Albert Camus – Short Biography

20 Apr

Camus was born on 1913 in a place called Mondavi, which is located in Algeria. He grew up amongst poverty with only his mother and grandmother as guidance because his father died during World War I. Before he fell seriously ill when he was only 17 he had received a scholarship for secondary school and once he was going to graduate from there he planned to enter university. He fell ill with tuberculosis and it was then that he “had an understanding of human vulnerability to disease and death.” All within a few years he co-founded a theatre group, became part of the intellectual community in Algeria, joined a communist part and was in Paris as an active member of the French resistance. After World War 2 he worked in Paris as a reader at a publishing company as well as releasing some of his novels when his reputation of being a writer was very positive. In 1952 he got in a fight with one of his friends, they had a disagreement about the “legitimacy of communism in the face of the soviet purges and labor camps.” The fight blew up and there were attacks published in newspapers and Camus refused to support any political movement that was called for violence or the acts of restricting human freedom. This caused him even more grief and he also caused frustration for French government officials and Algerian nationalist leaders when he refused to make public endorsements of either side. In 1956 he won a Nobel Prize for his literature after he suffered writer’s block, depression and sickness. Camus died in France during 1960, in a car accident.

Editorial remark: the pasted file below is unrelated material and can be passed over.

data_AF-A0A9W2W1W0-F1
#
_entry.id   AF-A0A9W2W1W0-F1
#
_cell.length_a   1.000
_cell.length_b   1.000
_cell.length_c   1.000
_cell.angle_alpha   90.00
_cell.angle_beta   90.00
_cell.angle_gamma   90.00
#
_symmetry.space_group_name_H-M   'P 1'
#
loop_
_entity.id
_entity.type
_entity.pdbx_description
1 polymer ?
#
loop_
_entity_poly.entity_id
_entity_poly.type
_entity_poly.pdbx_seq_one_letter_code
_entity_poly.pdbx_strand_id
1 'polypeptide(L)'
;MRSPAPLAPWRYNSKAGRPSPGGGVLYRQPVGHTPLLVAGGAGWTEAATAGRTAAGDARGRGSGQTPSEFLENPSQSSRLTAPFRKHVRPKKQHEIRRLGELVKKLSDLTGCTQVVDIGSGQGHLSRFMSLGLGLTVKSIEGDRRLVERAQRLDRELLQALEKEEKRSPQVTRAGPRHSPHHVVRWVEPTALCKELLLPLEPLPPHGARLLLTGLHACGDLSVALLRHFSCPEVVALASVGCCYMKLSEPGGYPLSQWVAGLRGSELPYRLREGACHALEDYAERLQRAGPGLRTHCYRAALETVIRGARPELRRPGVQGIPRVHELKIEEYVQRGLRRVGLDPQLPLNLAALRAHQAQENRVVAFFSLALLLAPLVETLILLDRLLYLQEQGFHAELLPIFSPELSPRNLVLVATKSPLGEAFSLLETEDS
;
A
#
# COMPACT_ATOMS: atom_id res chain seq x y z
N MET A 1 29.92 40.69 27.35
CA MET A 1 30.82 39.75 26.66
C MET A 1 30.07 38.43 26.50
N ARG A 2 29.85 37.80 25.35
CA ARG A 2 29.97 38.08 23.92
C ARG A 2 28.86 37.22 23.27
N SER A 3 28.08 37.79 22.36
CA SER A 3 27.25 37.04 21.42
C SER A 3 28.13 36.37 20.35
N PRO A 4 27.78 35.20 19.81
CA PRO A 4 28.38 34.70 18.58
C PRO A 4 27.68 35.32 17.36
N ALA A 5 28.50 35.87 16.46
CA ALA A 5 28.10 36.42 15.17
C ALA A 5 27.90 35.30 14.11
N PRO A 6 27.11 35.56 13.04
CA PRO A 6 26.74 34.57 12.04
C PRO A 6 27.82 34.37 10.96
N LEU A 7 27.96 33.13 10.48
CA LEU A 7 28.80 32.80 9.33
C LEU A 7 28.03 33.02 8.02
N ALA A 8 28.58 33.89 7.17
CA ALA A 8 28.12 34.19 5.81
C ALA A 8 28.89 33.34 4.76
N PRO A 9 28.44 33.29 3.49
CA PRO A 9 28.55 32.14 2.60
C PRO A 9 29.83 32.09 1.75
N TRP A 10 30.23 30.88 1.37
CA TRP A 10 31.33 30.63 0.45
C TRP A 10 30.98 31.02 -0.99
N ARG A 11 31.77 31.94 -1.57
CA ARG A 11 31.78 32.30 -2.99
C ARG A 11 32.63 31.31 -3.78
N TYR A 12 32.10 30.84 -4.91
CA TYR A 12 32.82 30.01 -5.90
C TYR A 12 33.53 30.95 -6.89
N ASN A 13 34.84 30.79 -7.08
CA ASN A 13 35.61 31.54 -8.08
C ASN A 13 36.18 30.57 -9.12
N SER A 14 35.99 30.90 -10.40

“Albert Camus.” EXPLORING Short Stories. Detroit: Gale, 2003. Gale Student Resources In Context. Web. 20 Apr. 2011.


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